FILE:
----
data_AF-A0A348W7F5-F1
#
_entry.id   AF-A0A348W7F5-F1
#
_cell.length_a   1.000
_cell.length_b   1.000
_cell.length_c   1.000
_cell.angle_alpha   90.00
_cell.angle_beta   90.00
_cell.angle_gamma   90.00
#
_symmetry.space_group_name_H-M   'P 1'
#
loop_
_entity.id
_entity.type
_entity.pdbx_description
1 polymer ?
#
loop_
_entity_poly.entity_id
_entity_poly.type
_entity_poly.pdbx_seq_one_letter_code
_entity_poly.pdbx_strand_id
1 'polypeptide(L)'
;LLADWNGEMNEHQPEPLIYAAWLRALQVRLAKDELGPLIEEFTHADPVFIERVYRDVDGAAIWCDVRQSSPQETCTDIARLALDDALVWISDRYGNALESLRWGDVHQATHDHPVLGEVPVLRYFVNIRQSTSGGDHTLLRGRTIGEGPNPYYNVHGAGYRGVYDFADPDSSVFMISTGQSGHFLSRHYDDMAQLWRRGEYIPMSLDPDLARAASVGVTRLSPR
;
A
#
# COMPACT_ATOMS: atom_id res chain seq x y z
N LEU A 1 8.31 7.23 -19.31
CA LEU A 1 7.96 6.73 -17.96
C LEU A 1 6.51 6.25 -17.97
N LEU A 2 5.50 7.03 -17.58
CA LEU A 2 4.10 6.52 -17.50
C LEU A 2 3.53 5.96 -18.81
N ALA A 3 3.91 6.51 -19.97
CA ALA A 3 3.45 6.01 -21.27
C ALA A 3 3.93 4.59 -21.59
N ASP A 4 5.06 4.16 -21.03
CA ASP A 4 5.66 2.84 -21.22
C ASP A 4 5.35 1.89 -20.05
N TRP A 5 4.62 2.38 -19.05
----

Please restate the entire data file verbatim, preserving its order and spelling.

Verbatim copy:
data_AF-A0A348W7F5-F1
#
_entry.id   AF-A0A348W7F5-F1
#
_cell.length_a   1.000
_cell.length_b   1.000
_cell.length_c   1.000
_cell.angle_alpha   90.00
_cell.angle_beta   90.00
_cell.angle_gamma   90.00
#
_symmetry.space_group_name_H-M   'P 1'
#
loop_
_entity.id
_entity.type
_entity.pdbx_description
1 polymer ?
#
loop_
_entity_poly.entity_id
_entity_poly.type
_entity_poly.pdbx_seq_one_letter_code
_entity_poly.pdbx_strand_id
1 'polypeptide(L)'
;LLADWNGEMNEHQPEPLIYAAWLRALQVRLAKDELGPLIEEFTHADPVFIERVYRDVDGAAIWCDVRQSSPQETCTDIARLALDDALVWISDRYGNALESLRWGDVHQATHDHPVLGEVPVLRYFVNIRQSTSGGDHTLLRGRTIGEGPNPYYNVHGAGYRGVYDFADPDSSVFMISTGQSGHFLSRHYDDMAQLWRRGEYIPMSLDPDLARAASVGVTRLSPR
;
A
#
# COMPACT_ATOMS: atom_id res chain seq x y z
N LEU A 1 8.31 7.23 -19.31
CA LEU A 1 7.96 6.73 -17.96
C LEU A 1 6.51 6.25 -17.97
N LEU A 2 5.50 7.03 -17.58
CA LEU A 2 4.10 6.52 -17.50
C LEU A 2 3.53 5.96 -18.81
N ALA A 3 3.91 6.51 -19.97
CA ALA A 3 3.45 6.01 -21.27
C ALA A 3 3.93 4.59 -21.59
N ASP A 4 5.06 4.16 -21.03
CA ASP A 4 5.66 2.84 -21.22
C ASP A 4 5.35 1.89 -20.05
N TRP A 5 4.62 2.38 -19.05